Despite the large number of insect species, their fossils are found in only a few deposits scattered across the globe and through time. Their fossilisation has been facilitated by their external skeleton. One of the various forms of fossilisation, inclusion in amber, was popularised in a 1990s science-fiction film, Jurassic Park.


Presentation
Ongoing research into insect fossils has enabled us to assemble one of the world’s biggest collections of inclusions in amber, as well as in Mesozoic and Tertiary lacustrine laminites. It currently comprises 30,000 insect fossils in lacustrine sediments and 20,000 in amber, 10% of which are types and figured specimens, mainly from France, as well as 600 fossils from various foreign localities.
A database for researchers is in the process of being created. It displays the fossils’ location, identity (order, family, genus, species) and their status (type, figured). For the time being, 5% of the collection is computerised. The insect fossil types and figured specimens are also included in the Invertebrate fossil type database of the Palaeontology unit. This database is connected to a bibliography of ancient publications.

History
The fossil insect collection is based on a historical collection from the 19th century, comprising some of the first insects ever described, circa 1830. Over the last 20 years it has increased more than tenfold. It comprises fossils from lacustrine sediments and amber, from all epochs since the Carboniferous (- 300 million years). The old collection mainly concerns the Upper Carboniferous, with the world’s largest series of insects from Commentry (Allier, France), including the famous giant dragonfly Meganeura monyi. This series consists mainly of stem groups of cockroaches, grasshoppers, crickets & locusts, dragonflies & damselflies and extinct groups. The collection contains hundreds of specimens.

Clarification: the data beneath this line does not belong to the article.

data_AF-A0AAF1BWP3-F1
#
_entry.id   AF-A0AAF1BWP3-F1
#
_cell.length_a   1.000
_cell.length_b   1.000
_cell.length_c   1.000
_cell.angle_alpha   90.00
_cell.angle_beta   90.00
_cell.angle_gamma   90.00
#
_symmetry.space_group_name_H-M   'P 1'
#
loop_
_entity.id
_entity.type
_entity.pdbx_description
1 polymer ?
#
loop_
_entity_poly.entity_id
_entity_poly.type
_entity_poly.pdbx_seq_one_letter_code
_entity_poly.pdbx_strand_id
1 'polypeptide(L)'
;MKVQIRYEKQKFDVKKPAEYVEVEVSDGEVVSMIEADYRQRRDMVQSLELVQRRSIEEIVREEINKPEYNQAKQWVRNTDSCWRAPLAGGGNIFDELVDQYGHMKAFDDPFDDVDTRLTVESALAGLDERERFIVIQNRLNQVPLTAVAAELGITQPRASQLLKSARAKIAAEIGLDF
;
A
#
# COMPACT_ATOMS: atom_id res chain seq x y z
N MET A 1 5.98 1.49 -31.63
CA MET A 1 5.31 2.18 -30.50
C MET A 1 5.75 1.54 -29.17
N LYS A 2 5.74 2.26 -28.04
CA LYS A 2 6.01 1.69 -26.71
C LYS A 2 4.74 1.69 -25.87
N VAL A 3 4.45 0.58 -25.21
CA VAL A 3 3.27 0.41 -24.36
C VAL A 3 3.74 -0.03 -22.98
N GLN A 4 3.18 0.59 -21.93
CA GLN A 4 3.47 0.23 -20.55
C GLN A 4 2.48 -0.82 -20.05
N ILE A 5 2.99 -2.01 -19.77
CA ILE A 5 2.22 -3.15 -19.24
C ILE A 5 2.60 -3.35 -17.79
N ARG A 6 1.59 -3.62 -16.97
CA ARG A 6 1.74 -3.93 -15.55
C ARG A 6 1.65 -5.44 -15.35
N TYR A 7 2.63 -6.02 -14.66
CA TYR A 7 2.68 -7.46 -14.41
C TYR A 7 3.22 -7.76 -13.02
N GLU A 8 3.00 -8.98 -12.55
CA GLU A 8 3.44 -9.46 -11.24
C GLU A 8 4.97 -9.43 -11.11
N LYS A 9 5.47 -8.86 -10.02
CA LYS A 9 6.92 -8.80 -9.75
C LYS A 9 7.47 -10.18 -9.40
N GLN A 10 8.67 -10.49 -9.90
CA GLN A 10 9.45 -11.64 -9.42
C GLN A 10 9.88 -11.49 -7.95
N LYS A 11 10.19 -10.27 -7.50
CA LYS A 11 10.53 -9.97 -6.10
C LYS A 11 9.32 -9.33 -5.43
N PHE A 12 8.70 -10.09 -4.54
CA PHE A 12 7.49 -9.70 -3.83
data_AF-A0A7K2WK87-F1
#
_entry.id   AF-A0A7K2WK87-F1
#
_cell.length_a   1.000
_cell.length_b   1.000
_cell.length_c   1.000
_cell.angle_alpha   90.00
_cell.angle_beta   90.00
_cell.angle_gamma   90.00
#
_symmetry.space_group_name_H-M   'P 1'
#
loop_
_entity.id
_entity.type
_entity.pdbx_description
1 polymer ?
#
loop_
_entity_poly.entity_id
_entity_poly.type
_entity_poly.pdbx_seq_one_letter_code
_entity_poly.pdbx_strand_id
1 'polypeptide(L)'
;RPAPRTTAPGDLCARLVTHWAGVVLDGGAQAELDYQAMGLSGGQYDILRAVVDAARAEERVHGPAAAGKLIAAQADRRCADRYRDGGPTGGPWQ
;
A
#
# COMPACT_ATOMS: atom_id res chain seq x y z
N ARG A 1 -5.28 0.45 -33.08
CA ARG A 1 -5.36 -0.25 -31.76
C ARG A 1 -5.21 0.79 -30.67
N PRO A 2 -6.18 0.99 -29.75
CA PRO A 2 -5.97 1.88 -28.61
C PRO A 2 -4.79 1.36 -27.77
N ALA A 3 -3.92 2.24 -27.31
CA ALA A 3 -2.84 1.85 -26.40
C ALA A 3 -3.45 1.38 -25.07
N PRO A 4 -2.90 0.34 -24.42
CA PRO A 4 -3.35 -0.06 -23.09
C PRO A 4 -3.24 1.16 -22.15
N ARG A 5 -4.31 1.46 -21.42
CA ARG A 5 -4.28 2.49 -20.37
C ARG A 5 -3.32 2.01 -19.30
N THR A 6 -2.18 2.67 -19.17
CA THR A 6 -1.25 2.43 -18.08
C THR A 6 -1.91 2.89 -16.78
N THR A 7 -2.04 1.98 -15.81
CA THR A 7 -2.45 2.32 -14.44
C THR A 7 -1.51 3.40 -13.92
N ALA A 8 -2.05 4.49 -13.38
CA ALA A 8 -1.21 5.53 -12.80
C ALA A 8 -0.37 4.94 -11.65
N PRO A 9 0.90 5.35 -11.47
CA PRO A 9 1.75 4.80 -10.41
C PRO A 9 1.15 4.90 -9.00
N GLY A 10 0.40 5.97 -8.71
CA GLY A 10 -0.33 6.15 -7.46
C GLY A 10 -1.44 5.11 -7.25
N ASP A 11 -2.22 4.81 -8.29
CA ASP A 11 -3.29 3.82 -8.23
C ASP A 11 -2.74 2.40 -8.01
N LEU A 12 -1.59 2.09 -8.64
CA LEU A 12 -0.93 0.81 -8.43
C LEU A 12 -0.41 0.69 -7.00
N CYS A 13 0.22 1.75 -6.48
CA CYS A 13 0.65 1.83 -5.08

The Commentry insects were harvested at the end of the 19th century, in open pit coalmines. The scientific publications began with C. Brongniart, from 1878 to 1893. Although spectacular, with the description of the giant dragonfly Meganeura monyi, this work was just the beginning of a new field of research. At the start of the 20th century, F. Meunier took over and established a great many taxa. The material later underwent many revisions, particularly by F. M. Carpenter, from 1943 to 1964, and by André Nel and Olivier Béthoux during the 2000s. This has led to a drastic reduction in the number of recognised species, and renewed consideration of the real affinities of these insects.
Because it is so well-preserved, the Commentry material is favoured by authors of popular science literature. In addition, uncertainties about the affinities of several of these very old species regularly bring scientists to revise this material, in the light of recent discoveries in other deposits.

Research
The collection enables us to carry out research in systematics and Insect phylogeny, as well as biogeography and palaeoecology. The current studies are proceeding at an average rate of 25-30 publications per year. Prof. Brongniart contributed greatly to the growth of the collection, between 1880 and 1895. The recent additions are the result of voluntary research conducted between 1980 and 2000, and excavations financed by Lafarge-Granulat in an amber deposit in the Paris region. Excavations are under way in new deposits from the Upper Permian in Lodève, and the Lower Cretaceous in Charentes and Provence.

Contacts
André Nel, Professor and co-Loan Manager
anel@mnhn.fr
Tel. +33(0)1 40 79 33 85

Olivier Béthoux, Lecturer and co-Loan Manager
obethoux@mnhn.fr
Tel. +33(0)1 40 79 30 61